- Search The Registry
- Teacher’s Forum
- Youth Programs
- About Us
- Creating Support
- My Account
*Ijeoma Oluo was born on this date in 1980. She is a Black writer, Information Literacy Ambassador and poet.
From in Denton, Texas, her father, Samuel Lucky Onwuzip Oluo, is from Nigeria and Black, and her mother is Susan Jane Hawley from Kansas and is white. Her younger brother is jazz musician Ahamefule J. Oluo. She was married to Chad R. Jacobson from 2001 to 2005, with whom the first of her two children were born. She graduated from Western Washington University with a BA in political science in 2007.
Ijeoma Oluo began her career in technology and digital marketing. She turned to writing in her mid-30s after the 2012 death of Trayvon Martin, who was at the same age of her son at the time. Fearful for her son as well as her younger brother, a musician then traveling on tour, Oluo began sharing long-held concerns via a blog she'd previously devoted to food writing. She has described these initial forays as a significant influence on her writing style, as she hoped that sharing personal stories would be a way to connect to and activate her predominantly white community in Seattle.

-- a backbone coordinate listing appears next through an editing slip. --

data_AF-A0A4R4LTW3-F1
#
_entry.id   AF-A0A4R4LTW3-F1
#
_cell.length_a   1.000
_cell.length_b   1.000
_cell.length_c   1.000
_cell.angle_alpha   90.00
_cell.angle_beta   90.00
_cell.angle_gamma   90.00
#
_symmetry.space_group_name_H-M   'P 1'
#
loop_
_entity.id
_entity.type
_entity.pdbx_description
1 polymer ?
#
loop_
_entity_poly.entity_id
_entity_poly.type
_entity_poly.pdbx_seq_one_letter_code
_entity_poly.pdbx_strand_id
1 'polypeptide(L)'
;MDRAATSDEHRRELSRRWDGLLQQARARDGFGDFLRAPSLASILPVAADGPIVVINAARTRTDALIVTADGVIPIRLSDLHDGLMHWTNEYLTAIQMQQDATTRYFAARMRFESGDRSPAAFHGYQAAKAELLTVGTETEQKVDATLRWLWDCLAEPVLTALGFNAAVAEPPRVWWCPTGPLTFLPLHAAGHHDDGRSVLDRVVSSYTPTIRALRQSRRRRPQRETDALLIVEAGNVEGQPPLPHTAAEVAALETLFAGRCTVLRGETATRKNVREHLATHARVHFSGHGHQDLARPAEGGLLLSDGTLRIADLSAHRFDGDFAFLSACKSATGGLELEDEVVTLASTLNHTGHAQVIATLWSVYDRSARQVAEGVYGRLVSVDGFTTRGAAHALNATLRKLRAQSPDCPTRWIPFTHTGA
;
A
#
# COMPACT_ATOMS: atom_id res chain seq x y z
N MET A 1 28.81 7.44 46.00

Oluo has said she was disappointed by the response she initially received, and that many of her existing friends "fell away" instead of engaging in the issues she had begun raising; however, many Black women she hadn't previously known reached out to express appreciation and Oluo's profile as a writer grew, with publications asking to reprint work from her blog and eventually commissioning new writing. Based in Seattle, Washington, Oluo is the author of So You Want to Talk About Race and has written for The Guardian, Jezebel, The Stranger, Medium and The Establishment, where she is also an editor-at-large.
In 2015 Oluo was named one of the most influential people in Seattle and in 2018, she was named one of the 50 most influential women in Seattle. Her writing covers misogynoir, intersectionality, online harassment, the Black Lives Matter movement, race, economics, parenting, feminism and social justice. Many of her articles critiquing race and the invisibility of women's voices have gone viral, as exemplified in the coverage of her interview with Rachel Doleza. Oluo has also performed as a speaker, storyteller and standup comic.Shewas interviewed in the 2016 documentary short Oh, I Get It included in the Slamdance, Seattle Lesbian & Gay Film Festival, and others, about her experiences as a queer stand-up comedian. Bustle magazineincluded Oluo among "13 Authors to Watch in 2018".